important though it is. thus. recognizing the importance of subjectivity is part of an attempt to be more objective. Freud and Marx. may make it appear to belong within such a postmodernist framework. the soil from which psychoanalysis sprung. In this sense. Firstly. is extremely limited. Secondly. In fact this tension between the importance of subjectivity and the struggling for objectivity is an essential tension of our subject. but observed that behind the apparently nonsensical there lay deeper truths.6 Some characteristics of psychoanalytic thought There are a number of core features which are both constitutive of psychoanalytic explanation and which locate it firmly within modernism and 6 This and many other related epistemological and cultural points (too many to mention) touched on in this paper. whilst labouring under difficult conditions. It is important to disentangle a commitment to recognizing the importance of the subjective. its nature and the laws that govern its functioning. which broke with old forms that constrained knowledge to discover deeper truths. such as the belief that knowledge brings freedom. The critical thinkers of this period. but brought about a revolution in our understanding of the limitations that we labour under to acquire such knowledge and also put the seal on the possibility of any knowledge being absolute. there is no necessary connection between complexity and relativization of truth. from the doctrine of Subjectivism. In fact. no necessary connection between deep involvement with human subjectivity and subjectivism as a philosophical position. then. but might find the argument more persuasive when it comes to human experience itself. which is complex and many-sided. One might add that it is also constitutive of what it is to be human. Postmodernism as an epistemology. of course. at the same time maintains a commitment to objectivity. which claims that subjectivity is all there is in the world (in other words. truth or reality. profoundly mistaken. did not hold up his hands and surrender to the dominion of the irrational.Education Section: Is truth an illusion? Psychoanalysis and postmodernism 335 own mind he is moved by forces beyond his control. High Modernism. There is. Idealism). he reclaimed the irrational for the house of reason. That psychoanalysis has as its primary concern inner experience. ª 2009 Institute of Psychoanalysis Int J Psychoanal (2009) 90 . are discussed at length by Terry Eagleton (1996) in his brilliant The Illusions of Postmodernism. illusions which conceal from us necessary truths of our condition. whilst always maintaining that the knowledge arrived at. This is. giving an account of its history. Yet Freud. is not a child of High Modernism. was not a break with certain core features of modernism. but instead stands in opposition to all claims of knowledge. a deep involvement with it. The postmodernist argument refers to all truth-claims whether they refer to the natural or the human sciences. sought to expose the illusions we create and live by. whilst asserting the enormity of the factor of subjectivity in determining any human being’s understanding of his world. psychoanalytic explanation. I think. Some may find this a difficult position to sustain in relation to the Natural Sciences.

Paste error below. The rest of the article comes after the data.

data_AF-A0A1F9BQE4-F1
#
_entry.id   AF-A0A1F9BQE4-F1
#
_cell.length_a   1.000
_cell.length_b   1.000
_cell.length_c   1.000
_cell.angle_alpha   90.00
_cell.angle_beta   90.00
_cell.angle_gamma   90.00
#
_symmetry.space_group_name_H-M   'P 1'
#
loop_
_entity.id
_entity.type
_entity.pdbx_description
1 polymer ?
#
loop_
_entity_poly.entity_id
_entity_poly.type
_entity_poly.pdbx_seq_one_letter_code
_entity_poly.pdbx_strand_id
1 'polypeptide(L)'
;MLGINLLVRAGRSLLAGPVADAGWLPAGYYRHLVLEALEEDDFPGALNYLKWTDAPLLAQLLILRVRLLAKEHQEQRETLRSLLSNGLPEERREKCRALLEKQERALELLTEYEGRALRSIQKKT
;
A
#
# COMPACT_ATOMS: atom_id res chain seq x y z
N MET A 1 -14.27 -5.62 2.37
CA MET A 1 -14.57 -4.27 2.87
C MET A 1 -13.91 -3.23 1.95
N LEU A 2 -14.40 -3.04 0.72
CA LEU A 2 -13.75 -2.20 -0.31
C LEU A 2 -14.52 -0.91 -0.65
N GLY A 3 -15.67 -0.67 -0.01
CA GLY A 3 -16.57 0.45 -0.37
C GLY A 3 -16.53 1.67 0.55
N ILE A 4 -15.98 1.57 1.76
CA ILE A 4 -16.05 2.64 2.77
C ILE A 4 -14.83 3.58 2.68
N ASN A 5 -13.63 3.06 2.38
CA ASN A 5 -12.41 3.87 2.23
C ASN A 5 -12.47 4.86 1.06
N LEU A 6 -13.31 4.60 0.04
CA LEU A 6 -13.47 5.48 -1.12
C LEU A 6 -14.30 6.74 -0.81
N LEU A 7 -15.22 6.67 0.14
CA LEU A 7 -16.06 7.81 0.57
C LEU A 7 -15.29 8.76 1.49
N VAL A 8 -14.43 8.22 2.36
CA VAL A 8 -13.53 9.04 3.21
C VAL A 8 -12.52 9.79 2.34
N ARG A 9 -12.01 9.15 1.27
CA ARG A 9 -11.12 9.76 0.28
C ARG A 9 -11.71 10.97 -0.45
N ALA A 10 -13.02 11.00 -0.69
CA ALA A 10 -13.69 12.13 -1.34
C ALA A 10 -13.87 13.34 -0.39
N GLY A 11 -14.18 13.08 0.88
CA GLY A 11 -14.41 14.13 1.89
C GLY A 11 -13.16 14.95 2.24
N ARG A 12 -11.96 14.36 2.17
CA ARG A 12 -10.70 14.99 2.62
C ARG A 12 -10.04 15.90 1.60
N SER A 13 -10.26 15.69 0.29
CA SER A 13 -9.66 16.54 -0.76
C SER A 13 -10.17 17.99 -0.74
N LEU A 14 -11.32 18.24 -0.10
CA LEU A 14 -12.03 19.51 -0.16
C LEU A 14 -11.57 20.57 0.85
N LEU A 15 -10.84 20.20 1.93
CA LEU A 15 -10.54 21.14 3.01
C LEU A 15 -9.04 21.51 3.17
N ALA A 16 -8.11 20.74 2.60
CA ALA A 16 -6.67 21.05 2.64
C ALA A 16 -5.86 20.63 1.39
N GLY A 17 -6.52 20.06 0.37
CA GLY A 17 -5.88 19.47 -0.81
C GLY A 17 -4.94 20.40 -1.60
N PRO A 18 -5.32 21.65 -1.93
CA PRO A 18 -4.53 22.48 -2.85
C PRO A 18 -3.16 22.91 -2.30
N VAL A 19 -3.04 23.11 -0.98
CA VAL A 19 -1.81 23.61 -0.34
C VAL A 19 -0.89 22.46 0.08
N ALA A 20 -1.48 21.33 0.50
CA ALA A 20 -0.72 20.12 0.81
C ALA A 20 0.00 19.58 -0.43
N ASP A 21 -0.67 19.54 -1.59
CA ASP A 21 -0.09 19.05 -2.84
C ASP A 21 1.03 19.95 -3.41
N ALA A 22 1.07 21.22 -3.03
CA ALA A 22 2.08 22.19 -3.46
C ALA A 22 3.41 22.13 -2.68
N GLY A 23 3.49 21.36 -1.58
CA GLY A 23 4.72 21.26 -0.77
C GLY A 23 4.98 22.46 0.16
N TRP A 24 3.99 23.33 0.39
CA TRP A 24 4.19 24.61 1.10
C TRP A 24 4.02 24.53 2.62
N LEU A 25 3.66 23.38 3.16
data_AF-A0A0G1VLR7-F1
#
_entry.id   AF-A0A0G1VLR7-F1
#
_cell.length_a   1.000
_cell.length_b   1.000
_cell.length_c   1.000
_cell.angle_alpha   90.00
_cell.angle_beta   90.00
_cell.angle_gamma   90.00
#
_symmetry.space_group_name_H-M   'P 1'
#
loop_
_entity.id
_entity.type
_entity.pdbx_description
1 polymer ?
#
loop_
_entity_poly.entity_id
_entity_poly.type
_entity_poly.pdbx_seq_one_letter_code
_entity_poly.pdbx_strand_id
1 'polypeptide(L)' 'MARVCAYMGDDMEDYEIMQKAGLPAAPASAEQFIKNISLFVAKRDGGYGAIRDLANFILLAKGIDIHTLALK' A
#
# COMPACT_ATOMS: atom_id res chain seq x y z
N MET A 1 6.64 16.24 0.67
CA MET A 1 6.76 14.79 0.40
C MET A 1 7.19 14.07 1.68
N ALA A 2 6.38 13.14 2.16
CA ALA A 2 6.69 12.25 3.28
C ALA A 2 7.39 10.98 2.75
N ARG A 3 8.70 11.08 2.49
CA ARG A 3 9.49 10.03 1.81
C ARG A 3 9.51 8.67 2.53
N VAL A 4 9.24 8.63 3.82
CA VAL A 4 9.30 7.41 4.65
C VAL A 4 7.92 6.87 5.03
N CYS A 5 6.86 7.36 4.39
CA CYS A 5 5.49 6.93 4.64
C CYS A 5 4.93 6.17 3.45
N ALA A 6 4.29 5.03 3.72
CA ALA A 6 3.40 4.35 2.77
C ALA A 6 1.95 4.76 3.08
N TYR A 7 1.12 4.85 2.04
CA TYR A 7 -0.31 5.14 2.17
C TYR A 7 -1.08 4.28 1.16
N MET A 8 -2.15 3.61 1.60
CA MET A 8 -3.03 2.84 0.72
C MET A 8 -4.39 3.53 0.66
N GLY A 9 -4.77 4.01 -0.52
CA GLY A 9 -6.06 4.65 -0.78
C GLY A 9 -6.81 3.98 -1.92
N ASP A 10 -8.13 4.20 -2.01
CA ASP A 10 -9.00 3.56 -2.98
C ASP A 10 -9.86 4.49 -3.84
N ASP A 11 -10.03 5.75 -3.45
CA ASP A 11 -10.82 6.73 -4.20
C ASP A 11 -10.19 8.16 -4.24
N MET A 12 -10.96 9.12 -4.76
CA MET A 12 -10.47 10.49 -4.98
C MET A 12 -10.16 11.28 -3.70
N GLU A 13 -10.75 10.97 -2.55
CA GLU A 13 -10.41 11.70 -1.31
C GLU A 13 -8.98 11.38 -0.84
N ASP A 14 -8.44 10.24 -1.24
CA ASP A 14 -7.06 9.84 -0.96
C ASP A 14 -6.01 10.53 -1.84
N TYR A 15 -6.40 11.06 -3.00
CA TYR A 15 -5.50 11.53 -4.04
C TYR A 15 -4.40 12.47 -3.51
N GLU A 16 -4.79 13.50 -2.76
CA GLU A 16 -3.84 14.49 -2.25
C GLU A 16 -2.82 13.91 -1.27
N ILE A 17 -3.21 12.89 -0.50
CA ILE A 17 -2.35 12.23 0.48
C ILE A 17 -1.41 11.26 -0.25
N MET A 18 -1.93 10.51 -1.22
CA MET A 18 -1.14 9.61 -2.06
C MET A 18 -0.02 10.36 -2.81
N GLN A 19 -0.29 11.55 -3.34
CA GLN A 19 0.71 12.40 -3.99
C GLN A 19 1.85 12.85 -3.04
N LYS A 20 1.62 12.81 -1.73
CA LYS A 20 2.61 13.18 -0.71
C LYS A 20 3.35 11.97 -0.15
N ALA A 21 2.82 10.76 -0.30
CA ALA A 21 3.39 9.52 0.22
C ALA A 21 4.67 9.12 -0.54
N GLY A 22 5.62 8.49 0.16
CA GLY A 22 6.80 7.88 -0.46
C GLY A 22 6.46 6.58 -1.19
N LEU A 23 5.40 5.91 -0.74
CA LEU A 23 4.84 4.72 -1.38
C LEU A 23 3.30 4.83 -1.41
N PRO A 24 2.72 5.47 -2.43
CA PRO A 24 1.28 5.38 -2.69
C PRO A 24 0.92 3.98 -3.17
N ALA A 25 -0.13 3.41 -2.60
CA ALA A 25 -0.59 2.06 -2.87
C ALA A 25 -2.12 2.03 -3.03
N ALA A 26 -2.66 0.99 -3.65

Psychoanalysis is a ‘critical activity’ both at the level of theory and practice. It both expresses and obscures conflict. Postmodernism. if they are to be credited with real explanatory value. when examined more deeply and in more detail. when probed reveals deeper realities. though at a less manifest level. have to do work. through the concepts of repression and resistance.and post-breakdown state is an important part of the work. The laws of planetary motion show that the earth is not an unmoving body in the centre of a universe that rotates around it. as is the less welcome discovery that recovery is not recovery from the difficulties that brought about the illness. which. In fact the capacity to help the patient integrate his pre. These continue. 8 The finding of continuity in the apparently discontinuous extends beyond the individual patient to broader concerns. A distinct but related feature of psychoanalytic explanation is its commitment to historical continuity. of course. part of the task will be to show continuities functioning but at a less apparent level. can also account for the fact that this does not appear to be the case. shows in bizarre and distorted form conflicts and preoccupations that were part of the personality prior to the breakdown. Physics shows us that in solid matter there is more space than solid. A firm distinction between ‘personality’ and ‘illness’ cannot hold from a psychoanalytic perspective. apparently.336 D. within the character structure of the individual patient. in general. Freud’s understanding of symptoms characterizes the symptom as only the outward appearance of a deeper structure. of why it is that we are pulled towards settling for appearance. Freud showed the normal in the abnormal: even the most bizarre symptoms had as their content concerns which are universal to humanity. eschews all such universalist claims. again. Where discontinuities occur apparently.7 Such forms of explanation are committed to the view that seeing beyond mere appearances is a potentially emancipatory activity. which is central to psychoanalytic explanation. This commitment to the restoration of continuity to that which appeared to be discontinuous reflects the developmental perspective. whether it be at the level of the individual patient or at the level of theory. This is true. Thus a breakdown manifests itself as a most impressive discontinuity. And this is the way that knowledge advances. a personality development brought about under the stress of certain internal and external conditions. but. of scientific explanation. as what appears as illness is also understood as continuous with personality. a compromise between hidden forces within the mind. At one and the same time the theory gives an account of the phenomenon and. Similarly. They have to explain the phenomena addressed and at the same time have to explain why these deeper causal structures are not self-evident. they also show why it appears as if this is the case. Appearance. Bell which are inimical to postmodernism. Further. These deeper realities reveal structures. that which is manifest. but.8 7 This mode of explanation is also characteristic of ‘depth sociology’ where manifest social phenomena are viewed as the outward expression of deeper structural forces. ª 2009 Institute of Psychoanalysis Int J Psychoanal (2009) 90 .